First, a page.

Jill Greenberg, one of the most success commercial photographers at the moment, conceived the idea of photographing children crying back in 2004. She related the emotional impact to the despair of seeing G.W. Bush become reelected in 2004 and called it End Times.
I saw this little girl who’d come to a party with her mom, and she was beautiful, so I thought it might be interesting to photograph her. When they came to my studio, the mother brought along her toddler son, and I decided to shoot him too. We took off his shirt because it was dirty. He started crying on his own, and I shot that, and when I got the contact sheets back I thought, this could go with a caption, ‘Four More Years,'” like he was appalled at George Bush’s reelection. The images have a real power—they immediately get under your skin. The emotion you see is just so compelling, yet they’re beautiful at the same time. That was one of the things that interested me about the project—the strength and beauty of the images as images. I also thought they made a kind of political statement about the current state of anxiety a lot of people are in about the future of the country. Sometimes I just feel like crying about the way things are going.- Jill Greenberg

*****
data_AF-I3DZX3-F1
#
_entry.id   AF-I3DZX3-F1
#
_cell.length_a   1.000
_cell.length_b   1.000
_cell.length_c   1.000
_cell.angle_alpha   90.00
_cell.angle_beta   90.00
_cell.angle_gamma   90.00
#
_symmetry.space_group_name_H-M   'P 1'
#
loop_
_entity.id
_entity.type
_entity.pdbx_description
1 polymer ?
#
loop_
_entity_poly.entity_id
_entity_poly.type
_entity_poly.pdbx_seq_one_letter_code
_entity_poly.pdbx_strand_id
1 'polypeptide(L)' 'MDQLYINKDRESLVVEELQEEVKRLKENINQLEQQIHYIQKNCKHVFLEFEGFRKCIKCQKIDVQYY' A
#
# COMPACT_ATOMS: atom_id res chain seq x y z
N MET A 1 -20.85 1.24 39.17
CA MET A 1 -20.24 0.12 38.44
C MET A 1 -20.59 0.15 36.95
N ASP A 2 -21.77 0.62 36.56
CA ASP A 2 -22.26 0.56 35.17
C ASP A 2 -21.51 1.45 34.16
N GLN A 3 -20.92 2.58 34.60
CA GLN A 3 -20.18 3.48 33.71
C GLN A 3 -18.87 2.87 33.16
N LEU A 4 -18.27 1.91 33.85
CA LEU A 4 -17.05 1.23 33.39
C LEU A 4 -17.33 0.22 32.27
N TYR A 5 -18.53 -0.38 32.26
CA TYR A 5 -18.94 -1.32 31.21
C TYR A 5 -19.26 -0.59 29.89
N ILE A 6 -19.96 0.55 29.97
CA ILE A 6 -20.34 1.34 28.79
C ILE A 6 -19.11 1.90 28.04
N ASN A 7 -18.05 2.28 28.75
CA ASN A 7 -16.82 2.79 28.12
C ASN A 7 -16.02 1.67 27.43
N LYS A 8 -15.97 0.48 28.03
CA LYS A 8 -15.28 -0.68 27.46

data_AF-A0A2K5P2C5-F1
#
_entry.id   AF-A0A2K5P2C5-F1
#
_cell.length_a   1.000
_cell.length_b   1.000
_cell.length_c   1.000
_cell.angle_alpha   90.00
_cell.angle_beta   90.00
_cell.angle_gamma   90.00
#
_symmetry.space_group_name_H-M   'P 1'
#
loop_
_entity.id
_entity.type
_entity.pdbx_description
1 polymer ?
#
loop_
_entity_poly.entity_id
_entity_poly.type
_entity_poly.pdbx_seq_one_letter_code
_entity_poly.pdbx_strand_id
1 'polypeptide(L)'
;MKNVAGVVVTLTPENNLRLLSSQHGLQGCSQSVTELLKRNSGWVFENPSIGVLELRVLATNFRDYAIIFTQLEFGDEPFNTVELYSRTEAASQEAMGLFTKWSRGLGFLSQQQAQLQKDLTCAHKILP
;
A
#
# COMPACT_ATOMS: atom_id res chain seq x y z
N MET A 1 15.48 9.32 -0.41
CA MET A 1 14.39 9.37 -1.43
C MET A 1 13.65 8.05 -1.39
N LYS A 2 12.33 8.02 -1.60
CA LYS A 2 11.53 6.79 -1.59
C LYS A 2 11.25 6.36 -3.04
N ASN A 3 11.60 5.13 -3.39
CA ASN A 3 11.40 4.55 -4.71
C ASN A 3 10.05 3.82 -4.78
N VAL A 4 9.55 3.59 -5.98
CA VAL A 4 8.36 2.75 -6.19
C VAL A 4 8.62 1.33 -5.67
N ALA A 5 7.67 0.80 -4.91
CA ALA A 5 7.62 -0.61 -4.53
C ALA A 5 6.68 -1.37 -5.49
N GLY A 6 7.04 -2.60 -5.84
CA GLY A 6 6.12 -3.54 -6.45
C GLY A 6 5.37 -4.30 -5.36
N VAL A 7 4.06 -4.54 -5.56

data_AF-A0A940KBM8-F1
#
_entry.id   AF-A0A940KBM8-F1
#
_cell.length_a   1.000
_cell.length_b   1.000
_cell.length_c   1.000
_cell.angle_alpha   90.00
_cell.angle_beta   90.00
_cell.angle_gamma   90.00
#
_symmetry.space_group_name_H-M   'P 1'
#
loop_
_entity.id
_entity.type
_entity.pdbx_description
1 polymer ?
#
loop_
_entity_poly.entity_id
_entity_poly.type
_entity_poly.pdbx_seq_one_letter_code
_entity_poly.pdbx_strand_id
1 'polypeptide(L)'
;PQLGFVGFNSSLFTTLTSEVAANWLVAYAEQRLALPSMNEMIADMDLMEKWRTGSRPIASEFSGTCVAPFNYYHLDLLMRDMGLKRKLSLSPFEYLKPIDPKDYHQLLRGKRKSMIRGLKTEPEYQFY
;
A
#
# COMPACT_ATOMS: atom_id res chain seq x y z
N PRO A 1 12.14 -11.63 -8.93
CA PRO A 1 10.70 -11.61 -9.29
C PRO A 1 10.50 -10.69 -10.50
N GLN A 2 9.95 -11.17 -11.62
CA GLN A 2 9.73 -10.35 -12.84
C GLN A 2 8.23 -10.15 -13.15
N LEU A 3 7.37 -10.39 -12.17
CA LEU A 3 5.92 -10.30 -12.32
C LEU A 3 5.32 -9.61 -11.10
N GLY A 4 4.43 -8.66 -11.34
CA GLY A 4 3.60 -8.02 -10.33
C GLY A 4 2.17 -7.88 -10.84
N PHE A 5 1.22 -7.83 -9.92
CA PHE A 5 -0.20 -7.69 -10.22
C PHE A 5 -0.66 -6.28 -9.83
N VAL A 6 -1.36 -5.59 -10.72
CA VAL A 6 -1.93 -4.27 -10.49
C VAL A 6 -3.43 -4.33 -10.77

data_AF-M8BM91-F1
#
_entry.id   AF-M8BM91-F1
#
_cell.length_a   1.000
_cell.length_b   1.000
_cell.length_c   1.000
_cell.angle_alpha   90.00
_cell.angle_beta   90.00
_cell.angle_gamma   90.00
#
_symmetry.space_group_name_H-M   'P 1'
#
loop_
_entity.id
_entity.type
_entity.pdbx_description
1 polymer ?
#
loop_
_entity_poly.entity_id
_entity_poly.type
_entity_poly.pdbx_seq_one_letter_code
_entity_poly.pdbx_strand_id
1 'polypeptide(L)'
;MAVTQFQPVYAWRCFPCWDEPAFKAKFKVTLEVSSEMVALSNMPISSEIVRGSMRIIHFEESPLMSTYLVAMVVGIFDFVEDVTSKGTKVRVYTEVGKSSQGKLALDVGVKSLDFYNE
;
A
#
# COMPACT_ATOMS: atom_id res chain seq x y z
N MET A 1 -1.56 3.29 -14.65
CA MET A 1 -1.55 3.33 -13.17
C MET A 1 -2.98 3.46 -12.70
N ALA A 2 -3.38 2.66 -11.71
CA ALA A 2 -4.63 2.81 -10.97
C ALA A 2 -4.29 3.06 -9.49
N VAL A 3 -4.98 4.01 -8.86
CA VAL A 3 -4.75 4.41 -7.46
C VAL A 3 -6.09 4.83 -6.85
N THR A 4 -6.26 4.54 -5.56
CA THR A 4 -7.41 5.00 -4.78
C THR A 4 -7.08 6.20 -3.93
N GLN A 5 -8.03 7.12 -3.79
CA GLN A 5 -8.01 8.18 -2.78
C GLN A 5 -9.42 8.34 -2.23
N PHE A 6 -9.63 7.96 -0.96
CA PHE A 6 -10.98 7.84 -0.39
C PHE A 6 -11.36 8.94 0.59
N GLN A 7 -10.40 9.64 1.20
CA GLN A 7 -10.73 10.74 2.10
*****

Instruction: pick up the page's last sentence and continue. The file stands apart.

She probably didn’t anticipate the attention the project would raise. Certainly it is out of question that the idea is very original and the execution remarkable. She is building a unique style in fine art portrait photography with very original portraits of monkeys and apes, which in turn led to her work with children. I will comment on her work with portraits of monkeys in a future post in this blog. A unique component in her style is the digital post production of the images, with her signature look for skin tonality, highlights and skin reflections. Despite being manipulated, her images don’t loose the photographic impact and feel. Nowadays, the commercial landscape is tending very much in to digitally manipulated images, and so artists like Jill Greenberg who combine outstanding lighting and photographic skills with digital mastery are leading the field. Very properly, her website is named “The manipulator“.